OPEC's announcement that it is keeping crude output levels unchanged again, despite a collapse in oil prices, reflects the growing influence of booming U.S. shale, but analysts say the cartel is still the dominant player. The 12-nation OPEC switched its production strategy in November to push down prices and hurt high-cost U.S. shale producers, who need elevated prices to make their operations profitable. OPEC ditched its traditional role of supporting higher prices to boost revenues and instead left its output ceiling unchanged at 30 million barrels per day (bpd) despite the collapsing oil market and a stubborn global supply glut that is fuelled partly by U.S. shale.
The policy was extended last Friday when the cartel of producers from Africa, Latin America and the Middle East decided to leave the taps open, sparking questions from some quarters about the increasing influence of U.S. shale on the oil market. OPEC pumps a third of the world's crude oil. "OPEC members continue to play a key role in the current conditions of the oil market," said Myrto Sokou, a senior energy analyst at Sucden brokerage in London. "We cannot necessarily say that OPEC is losing its price influence on oil prices to the U.S. shale production. OPEC still has very significant influence over the current crude oil prices. "However, the U.S. shale oil production has continued to increase strongly during the last few months and it is definitely something we need to keep an eye on in the near term."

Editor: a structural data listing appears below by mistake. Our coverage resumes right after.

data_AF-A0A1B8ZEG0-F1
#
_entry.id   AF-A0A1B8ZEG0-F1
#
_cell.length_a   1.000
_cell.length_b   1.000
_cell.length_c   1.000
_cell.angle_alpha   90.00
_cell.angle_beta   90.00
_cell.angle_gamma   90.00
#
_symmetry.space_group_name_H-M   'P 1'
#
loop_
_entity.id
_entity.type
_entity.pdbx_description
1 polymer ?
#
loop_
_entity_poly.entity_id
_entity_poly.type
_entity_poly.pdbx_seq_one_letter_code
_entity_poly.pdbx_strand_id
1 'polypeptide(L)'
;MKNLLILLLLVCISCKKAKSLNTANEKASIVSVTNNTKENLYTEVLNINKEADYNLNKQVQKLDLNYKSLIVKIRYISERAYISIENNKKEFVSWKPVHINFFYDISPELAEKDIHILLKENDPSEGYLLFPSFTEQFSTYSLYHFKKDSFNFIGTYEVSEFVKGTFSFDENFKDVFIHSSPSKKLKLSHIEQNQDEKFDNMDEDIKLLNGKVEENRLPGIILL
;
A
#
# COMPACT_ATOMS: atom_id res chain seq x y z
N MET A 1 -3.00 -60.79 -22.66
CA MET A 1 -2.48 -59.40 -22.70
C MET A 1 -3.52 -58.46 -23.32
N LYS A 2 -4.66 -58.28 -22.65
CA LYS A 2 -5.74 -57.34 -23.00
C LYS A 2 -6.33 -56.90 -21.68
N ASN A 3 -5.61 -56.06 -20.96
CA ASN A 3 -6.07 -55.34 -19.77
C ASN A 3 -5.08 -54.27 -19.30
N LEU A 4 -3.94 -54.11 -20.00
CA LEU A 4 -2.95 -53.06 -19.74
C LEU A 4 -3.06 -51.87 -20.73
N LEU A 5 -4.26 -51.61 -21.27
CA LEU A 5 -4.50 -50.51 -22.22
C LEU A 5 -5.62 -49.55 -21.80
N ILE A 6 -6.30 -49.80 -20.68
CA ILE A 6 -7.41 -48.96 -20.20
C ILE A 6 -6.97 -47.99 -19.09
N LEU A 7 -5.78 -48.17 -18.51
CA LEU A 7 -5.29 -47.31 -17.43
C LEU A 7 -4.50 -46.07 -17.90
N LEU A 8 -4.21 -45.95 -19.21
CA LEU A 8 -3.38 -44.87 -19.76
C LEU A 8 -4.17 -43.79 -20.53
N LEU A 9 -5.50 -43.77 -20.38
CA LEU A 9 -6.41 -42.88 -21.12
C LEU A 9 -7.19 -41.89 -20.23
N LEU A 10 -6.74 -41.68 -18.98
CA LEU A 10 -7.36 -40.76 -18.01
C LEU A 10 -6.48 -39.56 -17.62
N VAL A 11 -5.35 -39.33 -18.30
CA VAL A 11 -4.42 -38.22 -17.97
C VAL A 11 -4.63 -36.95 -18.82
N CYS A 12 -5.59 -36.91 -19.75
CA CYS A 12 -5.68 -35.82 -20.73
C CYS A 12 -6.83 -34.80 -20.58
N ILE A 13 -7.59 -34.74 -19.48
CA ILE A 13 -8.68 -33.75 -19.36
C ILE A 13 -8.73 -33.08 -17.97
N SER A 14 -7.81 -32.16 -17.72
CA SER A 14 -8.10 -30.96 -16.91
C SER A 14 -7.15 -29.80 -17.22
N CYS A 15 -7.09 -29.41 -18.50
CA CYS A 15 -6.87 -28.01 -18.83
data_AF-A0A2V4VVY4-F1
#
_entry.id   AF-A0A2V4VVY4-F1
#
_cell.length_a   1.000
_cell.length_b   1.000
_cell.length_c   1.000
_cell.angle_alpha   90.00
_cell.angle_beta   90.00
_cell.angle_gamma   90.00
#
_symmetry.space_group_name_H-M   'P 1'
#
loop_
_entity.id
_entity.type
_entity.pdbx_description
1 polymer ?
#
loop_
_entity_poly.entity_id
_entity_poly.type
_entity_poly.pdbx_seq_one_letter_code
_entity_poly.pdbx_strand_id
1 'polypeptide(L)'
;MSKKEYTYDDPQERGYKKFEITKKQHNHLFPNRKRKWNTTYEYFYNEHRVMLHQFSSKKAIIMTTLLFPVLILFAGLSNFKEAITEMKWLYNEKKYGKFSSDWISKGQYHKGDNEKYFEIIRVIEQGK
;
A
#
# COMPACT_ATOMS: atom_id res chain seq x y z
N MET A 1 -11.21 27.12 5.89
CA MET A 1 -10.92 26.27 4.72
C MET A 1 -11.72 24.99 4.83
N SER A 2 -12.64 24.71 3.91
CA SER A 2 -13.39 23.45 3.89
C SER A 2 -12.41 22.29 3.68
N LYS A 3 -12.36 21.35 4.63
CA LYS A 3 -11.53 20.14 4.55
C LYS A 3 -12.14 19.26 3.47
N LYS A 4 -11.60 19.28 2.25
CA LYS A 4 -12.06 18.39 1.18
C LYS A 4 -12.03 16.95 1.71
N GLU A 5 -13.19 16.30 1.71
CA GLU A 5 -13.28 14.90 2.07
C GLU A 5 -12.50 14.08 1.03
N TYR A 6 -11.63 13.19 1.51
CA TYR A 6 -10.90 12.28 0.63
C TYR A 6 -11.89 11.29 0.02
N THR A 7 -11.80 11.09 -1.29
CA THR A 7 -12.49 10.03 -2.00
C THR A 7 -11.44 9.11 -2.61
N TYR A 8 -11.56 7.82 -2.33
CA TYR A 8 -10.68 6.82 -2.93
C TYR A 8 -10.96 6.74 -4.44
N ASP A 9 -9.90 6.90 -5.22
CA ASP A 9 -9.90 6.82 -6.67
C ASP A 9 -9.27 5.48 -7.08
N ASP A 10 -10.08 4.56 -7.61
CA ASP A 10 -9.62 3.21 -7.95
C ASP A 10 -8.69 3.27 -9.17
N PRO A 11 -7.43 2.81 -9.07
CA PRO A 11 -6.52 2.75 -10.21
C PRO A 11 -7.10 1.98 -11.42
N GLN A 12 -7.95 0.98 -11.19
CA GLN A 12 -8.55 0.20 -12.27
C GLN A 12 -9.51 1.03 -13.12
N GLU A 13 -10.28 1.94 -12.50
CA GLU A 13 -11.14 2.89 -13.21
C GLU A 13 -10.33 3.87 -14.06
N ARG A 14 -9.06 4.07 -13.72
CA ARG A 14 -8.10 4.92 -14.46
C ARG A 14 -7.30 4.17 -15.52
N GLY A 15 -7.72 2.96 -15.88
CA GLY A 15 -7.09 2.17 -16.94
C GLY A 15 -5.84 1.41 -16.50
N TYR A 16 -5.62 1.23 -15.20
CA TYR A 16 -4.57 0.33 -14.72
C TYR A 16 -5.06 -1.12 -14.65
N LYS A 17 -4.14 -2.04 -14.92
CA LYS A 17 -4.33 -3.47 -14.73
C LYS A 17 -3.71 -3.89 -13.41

The U.S. has significantly ramped up its production of oil extracted from hard-to-reach shale, or sedimentary rock, now producing 5.0 million bpd, making the country far less dependent on imports from the crude-rich Middle East. But Capital Economics commodities analyst Thomas Pugh also downplayed talk that the U.S. shale boom could weaken OPEC's standing. "I don't think it's fair to say that OPEC is losing influence to the United States," Pugh told Agence France-Presse (AFP). "Production in the two regions is managed very differently. OPEC can take strategic decisions to manage output to manipulate prices whereas U.S. production is controlled by hundreds of small firms that manage production based on market conditions." He added: "Obviously, OPEC as a group still controls a much larger share of the market than the U.S., but if the U.S. could act as one oil producer in the same way that the Gulf states do, it would make it significantly more powerful."